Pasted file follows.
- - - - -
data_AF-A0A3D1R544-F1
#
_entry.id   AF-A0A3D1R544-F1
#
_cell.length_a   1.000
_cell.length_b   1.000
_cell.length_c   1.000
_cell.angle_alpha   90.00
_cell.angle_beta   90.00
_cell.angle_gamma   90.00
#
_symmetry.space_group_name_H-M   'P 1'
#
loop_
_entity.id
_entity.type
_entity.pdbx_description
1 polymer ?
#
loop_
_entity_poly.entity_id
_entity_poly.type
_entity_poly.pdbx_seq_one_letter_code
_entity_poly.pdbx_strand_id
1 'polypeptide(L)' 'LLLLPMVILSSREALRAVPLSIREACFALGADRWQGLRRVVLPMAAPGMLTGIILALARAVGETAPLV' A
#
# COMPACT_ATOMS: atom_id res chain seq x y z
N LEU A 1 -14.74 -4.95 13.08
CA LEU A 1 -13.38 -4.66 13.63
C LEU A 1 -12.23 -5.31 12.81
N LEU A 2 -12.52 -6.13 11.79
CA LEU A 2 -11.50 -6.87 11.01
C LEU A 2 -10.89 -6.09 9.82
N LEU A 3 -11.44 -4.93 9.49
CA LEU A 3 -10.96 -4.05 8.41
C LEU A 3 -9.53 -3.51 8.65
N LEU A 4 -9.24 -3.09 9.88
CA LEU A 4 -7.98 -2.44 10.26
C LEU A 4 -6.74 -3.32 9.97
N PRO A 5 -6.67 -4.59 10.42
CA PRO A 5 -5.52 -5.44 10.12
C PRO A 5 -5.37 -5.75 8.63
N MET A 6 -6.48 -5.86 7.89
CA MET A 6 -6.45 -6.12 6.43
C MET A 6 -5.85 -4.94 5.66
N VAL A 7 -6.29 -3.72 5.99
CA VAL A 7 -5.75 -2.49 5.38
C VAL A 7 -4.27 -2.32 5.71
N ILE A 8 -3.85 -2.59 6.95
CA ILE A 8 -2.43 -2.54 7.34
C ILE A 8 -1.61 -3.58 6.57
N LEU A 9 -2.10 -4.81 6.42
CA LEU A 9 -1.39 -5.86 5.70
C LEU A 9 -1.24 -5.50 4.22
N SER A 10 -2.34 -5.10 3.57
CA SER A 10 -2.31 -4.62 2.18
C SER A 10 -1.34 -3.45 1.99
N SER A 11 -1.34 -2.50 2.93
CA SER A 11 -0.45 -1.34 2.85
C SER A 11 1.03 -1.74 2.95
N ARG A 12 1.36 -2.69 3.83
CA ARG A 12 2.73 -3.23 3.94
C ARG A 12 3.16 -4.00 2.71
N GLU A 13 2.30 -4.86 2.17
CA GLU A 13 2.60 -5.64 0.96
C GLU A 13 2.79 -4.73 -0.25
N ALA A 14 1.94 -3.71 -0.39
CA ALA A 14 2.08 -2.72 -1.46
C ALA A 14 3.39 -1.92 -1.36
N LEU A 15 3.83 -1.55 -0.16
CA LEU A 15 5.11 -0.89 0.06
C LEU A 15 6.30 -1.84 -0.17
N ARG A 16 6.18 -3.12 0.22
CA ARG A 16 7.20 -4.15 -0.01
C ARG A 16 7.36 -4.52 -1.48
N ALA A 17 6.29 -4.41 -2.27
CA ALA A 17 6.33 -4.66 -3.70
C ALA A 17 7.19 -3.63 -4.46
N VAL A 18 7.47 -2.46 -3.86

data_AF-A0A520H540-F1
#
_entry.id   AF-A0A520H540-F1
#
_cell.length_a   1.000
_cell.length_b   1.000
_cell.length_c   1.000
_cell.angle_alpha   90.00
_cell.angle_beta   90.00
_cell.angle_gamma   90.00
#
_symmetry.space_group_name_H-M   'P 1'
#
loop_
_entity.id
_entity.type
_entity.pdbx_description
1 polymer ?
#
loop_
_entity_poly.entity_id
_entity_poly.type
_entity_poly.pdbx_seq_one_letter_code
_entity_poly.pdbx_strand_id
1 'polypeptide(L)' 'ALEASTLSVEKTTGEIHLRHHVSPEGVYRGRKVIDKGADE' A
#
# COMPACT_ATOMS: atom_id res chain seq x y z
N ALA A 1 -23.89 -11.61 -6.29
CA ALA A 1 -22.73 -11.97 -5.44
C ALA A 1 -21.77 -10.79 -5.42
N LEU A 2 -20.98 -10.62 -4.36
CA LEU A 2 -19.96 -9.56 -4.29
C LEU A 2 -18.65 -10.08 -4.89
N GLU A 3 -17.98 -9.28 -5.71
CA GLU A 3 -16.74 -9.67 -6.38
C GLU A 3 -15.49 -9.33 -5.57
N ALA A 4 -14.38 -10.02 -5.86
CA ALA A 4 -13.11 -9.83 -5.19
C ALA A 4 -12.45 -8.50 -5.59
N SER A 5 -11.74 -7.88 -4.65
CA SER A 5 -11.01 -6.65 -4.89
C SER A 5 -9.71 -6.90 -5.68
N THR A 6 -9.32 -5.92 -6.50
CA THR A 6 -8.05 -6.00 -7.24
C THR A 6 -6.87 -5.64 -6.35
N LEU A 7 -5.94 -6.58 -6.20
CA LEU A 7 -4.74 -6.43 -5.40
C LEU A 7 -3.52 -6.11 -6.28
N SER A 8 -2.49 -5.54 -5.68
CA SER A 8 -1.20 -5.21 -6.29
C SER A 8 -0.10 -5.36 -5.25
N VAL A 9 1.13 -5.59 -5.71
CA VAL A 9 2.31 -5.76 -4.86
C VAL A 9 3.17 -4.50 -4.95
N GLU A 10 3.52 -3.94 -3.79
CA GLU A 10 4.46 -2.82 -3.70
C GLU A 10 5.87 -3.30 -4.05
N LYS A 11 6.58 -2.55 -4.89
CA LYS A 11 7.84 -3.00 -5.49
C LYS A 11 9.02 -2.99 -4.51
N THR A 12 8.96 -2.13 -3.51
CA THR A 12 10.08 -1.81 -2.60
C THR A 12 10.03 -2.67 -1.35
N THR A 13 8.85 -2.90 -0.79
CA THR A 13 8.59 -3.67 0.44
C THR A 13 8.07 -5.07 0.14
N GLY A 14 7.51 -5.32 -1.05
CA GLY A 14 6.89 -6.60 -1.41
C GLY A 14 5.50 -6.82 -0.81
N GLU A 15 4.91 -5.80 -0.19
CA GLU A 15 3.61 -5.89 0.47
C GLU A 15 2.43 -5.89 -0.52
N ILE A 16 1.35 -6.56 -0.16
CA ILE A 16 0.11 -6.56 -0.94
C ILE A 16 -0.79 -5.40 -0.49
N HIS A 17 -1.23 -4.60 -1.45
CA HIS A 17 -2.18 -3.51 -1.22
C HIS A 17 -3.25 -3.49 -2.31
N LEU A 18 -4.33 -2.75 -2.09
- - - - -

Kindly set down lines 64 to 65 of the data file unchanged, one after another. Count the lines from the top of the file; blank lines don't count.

N GLU A 13 2.30 -4.86 2.17
CA GLU A 13 2.60 -5.64 0.96